Top Tennis Coach Offers Parents Sound Advice

Hands on! Thomas Högstedt, world-renowned tennis coach of world No 2 Maria Sharapova, mentors junior star Zoe Kruger in a coaching session for a select group of SA juniors, coaches and parents at the Stellenbosch Academy of Sport. Photo: Thys Lombard

Thomas Högstedt, world-renowned tennis coach of world No 2 Maria Sharapova, has cautioned parents not to exert too much pressure to play tournaments in the process of grooming juniors for a professional career.

The Swede Högstedt is currently in Stellenbosch where he is conducting coaching sessions and making presentations to coaches and parents of juniors who have embarked on tennis careers.

Högstedt pointed out that his native country Sweden has over the years produced world No. 1’s such as Björn Borg, Mats Wilander and Stefan Edberg, yet there was very little junior coaching available during their formative years. In addition, it has also produced world top players such as Thomas Enqvist (4), Anders Järryd (5), Magnus Norman (2) and Jonas Björkman (5), amongst others.

“In Sweden where we have between eight and nine million people, we’ve had five guys in the top 100-ranked in the world at the same time,” said Högstedt, himself a former campaigner on the ATP World Tour. “It is so that as players and coaches we had to take responsibility because we had very limited coaching at a young age.

“Tennis is also a mental sport and players have to learn to make a lot of decisions by themselves.

“It is an over rated concept that every hour (you spend on the court) has to be with a coach. The kids have to learn to love the games and learn to love pressure but I think the biggest problem as a youngster is too much pressure to play certain tournaments.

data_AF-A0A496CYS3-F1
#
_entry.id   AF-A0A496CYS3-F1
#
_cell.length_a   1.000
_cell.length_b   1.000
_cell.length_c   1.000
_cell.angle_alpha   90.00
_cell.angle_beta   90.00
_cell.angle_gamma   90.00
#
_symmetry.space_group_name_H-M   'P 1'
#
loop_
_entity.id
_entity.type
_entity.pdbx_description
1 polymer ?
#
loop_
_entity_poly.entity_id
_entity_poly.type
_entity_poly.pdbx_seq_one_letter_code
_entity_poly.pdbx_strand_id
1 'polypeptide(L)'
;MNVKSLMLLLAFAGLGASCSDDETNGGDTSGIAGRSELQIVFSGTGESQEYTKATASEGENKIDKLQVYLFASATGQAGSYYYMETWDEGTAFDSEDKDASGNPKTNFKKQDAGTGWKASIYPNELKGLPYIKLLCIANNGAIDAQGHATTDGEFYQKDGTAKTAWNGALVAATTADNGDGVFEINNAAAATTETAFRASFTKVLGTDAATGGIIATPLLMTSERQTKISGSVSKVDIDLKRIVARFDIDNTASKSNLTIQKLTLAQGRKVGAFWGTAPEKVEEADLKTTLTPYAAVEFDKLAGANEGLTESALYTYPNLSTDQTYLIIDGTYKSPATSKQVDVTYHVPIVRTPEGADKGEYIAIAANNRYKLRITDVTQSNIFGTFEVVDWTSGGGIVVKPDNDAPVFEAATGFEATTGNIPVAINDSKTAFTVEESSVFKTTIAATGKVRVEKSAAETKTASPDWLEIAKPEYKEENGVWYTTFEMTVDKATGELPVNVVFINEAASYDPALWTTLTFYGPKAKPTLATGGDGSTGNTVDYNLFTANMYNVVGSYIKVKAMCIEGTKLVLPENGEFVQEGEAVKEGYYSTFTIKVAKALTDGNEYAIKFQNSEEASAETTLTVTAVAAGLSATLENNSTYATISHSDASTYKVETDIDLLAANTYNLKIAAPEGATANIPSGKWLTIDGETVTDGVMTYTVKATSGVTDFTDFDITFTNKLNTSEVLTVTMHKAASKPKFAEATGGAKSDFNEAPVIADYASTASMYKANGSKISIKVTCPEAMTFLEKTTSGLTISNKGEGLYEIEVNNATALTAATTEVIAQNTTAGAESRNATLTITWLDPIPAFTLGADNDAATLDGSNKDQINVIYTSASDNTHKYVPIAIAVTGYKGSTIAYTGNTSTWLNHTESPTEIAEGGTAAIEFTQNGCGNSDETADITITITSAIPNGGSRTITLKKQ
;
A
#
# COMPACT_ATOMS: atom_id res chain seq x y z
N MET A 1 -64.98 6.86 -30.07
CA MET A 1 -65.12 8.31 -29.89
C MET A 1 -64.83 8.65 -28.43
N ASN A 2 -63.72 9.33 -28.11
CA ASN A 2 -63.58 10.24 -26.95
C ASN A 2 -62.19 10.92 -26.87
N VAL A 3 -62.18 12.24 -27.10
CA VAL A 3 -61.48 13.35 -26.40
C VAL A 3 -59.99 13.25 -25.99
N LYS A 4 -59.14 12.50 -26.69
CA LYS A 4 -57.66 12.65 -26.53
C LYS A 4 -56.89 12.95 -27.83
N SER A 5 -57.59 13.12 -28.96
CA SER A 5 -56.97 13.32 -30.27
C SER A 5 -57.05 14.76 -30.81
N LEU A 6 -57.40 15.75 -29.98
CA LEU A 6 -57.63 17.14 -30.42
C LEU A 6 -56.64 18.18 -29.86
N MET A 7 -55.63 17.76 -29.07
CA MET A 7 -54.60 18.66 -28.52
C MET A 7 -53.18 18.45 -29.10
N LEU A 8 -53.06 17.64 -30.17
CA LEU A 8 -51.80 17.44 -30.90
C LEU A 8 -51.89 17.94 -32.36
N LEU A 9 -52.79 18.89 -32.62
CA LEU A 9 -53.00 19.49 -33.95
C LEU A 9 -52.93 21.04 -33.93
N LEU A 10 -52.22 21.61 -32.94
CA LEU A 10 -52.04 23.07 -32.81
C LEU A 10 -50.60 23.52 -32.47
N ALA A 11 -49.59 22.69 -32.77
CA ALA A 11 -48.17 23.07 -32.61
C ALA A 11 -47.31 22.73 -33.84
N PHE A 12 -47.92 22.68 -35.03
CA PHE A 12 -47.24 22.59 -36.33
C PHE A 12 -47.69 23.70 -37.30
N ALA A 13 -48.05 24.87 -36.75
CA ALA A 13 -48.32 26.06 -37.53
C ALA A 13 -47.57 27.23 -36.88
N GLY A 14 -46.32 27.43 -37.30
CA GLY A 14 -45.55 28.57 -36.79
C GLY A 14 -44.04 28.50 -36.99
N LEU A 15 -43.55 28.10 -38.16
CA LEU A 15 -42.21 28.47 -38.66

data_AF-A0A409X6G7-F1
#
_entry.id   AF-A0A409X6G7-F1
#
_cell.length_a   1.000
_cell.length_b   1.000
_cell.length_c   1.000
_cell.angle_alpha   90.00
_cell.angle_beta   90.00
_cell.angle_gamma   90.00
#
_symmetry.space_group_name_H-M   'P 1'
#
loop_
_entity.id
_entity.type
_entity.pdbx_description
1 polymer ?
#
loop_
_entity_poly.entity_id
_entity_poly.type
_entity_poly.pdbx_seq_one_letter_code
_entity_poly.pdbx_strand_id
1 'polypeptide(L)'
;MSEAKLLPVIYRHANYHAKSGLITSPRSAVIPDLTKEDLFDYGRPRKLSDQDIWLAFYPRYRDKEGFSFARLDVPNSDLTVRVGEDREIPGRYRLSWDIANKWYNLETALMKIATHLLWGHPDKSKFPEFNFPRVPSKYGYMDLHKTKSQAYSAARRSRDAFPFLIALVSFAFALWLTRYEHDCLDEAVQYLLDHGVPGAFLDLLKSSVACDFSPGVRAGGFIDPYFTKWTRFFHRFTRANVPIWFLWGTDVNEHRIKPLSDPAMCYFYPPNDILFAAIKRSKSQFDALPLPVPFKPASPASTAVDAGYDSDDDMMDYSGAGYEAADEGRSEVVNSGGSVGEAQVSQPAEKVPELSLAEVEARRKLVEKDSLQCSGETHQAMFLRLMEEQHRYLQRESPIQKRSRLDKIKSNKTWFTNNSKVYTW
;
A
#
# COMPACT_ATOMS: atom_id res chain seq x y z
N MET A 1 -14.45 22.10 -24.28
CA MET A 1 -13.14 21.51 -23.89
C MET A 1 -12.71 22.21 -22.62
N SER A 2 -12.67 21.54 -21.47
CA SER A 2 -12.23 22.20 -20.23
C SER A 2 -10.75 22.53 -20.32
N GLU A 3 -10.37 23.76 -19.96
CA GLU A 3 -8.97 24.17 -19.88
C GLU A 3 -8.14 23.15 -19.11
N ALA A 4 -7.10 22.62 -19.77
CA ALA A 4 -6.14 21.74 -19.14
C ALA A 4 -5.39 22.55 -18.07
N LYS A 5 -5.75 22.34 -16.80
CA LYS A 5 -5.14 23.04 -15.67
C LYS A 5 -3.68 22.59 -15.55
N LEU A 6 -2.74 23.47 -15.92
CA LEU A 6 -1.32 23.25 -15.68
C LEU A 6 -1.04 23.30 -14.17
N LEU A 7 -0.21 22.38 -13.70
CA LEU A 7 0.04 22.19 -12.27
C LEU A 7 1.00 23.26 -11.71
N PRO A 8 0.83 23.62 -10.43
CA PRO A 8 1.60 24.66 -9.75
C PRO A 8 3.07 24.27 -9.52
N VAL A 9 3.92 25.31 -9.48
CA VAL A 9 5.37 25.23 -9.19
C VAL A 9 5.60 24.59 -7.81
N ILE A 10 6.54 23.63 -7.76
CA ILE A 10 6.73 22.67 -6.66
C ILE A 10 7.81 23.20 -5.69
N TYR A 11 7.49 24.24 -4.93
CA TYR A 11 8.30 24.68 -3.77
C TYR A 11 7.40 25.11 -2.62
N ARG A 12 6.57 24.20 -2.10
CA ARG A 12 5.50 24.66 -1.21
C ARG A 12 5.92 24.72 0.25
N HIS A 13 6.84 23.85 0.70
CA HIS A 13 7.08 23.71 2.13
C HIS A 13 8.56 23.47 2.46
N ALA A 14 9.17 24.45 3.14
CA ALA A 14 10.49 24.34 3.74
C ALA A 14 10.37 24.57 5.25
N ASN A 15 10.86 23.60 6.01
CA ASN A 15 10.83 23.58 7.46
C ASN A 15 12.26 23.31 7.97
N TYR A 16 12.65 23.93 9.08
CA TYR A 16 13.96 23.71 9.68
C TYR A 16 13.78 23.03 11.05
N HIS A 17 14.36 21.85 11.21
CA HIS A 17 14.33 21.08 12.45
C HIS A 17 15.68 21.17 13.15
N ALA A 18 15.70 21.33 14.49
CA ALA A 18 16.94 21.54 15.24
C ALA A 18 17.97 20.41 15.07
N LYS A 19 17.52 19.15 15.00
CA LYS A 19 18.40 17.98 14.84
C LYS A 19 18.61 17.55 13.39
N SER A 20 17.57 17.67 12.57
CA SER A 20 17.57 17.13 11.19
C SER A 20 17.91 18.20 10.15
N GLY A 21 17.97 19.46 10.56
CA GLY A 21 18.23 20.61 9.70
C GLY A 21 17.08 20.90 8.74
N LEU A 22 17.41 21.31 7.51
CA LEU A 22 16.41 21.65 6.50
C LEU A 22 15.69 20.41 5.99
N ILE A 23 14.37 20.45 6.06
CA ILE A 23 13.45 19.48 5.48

“When this happens you can lose out on the importance of working long term on your game, your technique, and getting your game ready (for competition).

“I have seen with many great players like Sharapova that at a very young age, they had lots of practise tournaments where they train and work on their game. Results at an early age are not so important.

“I have seen here (in Stellenbosch) that there are kids who have an extreme (poor technique) grip in a shot and if that kid plays tournaments all the time, nothing is going to change. It is a matter that has to be discussed with the parents and coaches so that it can be addressed.

Many of the parents of the top juniors will get involved and follow a track of a coach or team. One has to be careful of not getting too much information (advice). There are ways of becoming a champion and ways of not becoming a champion.”

In Stellenbosch, Högstedt is accompanied by Professor Richard Sutton, a clinical Kinesiologist and visceral Osteopath. He refers to himself as a ‘physical therapist’ and has worked with tennis players around the world. The Johannesburg-based Sutton is highly recommended by Högstedt who has called on his services to prime the physical condition of many of his protégés, including world top players like China’s Li Na.

“I have learnt a lot from Richard,” said Högstedt. “He worked with me to bring Li Na to the top 10.”

Sutton said it was pleasing to note that more and more attention is being paid to the physical condition of players.

“There is an emphasis on the fitness but the problem is that it is too one-dimensional,” said Sutton. “Tennis is a very complex sport that requires multiple abilities to be developed. The integration of the variables is quite difficult.”

Tennis South Africa CEO Ian Smith said the visits of Högstedt and Sutton was a major boost for tennis development in South Africa. “Rather than spend a fortune on sending juniors abroad, we’ve brought Högstedt and Sutton to work with juniors, coaches and parents,” said Smith.

“We’re also hoping that people like Högstedt and Sutton will see what we’re doing for tennis in this country. Hopefully they’ll encourage some of the world’s best to play here when we have tournaments.”

 

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